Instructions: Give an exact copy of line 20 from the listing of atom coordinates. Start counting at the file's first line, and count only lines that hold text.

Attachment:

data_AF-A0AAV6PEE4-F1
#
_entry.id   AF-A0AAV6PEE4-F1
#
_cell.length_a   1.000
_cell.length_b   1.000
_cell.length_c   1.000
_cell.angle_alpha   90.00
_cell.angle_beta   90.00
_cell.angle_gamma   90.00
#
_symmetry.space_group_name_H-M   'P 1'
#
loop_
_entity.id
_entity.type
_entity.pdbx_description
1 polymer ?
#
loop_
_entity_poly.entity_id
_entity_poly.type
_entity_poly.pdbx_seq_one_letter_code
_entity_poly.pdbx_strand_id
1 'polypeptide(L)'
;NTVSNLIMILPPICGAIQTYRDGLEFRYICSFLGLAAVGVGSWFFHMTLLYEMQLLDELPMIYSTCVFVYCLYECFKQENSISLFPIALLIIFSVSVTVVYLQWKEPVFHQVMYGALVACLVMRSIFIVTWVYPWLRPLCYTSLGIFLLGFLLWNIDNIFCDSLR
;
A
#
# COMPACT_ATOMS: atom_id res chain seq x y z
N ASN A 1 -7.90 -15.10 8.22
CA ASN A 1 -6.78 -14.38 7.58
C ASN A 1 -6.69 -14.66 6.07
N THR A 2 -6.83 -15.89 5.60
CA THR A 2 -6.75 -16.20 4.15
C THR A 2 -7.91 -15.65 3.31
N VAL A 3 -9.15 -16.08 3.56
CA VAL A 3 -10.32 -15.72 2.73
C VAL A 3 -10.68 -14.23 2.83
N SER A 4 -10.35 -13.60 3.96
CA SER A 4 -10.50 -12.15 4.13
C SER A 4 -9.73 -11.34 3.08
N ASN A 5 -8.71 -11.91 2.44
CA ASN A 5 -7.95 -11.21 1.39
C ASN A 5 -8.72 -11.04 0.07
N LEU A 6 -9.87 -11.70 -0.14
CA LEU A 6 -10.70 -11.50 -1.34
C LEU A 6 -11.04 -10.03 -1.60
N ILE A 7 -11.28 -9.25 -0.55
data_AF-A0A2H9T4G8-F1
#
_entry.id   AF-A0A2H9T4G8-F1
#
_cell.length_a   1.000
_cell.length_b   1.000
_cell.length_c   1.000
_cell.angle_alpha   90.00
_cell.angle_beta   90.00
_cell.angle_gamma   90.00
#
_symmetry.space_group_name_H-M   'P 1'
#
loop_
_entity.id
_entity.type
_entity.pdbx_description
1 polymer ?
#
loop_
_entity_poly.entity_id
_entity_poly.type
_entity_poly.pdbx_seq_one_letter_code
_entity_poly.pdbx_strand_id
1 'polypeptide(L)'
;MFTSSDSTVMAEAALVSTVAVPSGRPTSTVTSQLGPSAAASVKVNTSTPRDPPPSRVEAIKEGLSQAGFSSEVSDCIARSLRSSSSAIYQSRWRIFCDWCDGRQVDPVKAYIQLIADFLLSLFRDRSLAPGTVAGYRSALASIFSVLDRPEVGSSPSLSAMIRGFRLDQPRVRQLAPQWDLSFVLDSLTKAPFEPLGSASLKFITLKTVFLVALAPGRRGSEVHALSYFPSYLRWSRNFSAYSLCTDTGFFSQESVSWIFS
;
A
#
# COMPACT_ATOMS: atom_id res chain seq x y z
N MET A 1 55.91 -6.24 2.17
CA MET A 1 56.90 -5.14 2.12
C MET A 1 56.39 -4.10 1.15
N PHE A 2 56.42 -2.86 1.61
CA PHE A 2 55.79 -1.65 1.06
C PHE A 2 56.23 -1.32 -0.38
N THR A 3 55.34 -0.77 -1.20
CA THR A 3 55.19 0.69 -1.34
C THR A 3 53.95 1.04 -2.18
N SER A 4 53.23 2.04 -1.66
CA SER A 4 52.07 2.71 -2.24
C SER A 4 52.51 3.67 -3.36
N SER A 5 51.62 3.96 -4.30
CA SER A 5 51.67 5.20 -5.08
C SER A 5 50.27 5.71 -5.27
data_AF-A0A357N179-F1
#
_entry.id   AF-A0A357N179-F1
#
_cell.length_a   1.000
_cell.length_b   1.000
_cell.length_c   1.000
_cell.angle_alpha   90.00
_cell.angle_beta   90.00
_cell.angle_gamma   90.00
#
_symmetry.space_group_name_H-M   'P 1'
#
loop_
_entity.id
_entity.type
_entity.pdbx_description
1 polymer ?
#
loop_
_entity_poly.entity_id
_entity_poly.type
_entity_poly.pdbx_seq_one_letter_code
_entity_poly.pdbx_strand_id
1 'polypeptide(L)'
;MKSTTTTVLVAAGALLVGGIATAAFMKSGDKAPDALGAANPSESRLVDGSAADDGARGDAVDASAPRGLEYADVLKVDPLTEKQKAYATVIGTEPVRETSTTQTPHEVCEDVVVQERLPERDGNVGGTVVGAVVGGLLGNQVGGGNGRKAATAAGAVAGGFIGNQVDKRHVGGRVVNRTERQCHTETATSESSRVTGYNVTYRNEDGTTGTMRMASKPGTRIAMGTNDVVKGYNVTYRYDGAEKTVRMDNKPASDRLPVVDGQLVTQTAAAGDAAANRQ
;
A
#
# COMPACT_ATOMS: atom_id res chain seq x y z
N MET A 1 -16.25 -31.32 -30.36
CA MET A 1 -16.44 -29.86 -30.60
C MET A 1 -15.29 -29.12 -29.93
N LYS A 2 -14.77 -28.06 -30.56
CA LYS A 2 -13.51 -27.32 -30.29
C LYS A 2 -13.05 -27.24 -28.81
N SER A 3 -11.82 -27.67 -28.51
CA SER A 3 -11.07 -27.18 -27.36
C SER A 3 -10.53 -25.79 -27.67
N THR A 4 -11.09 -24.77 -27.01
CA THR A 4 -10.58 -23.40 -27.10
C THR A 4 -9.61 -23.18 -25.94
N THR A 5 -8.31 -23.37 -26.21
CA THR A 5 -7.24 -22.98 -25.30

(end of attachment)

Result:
loop_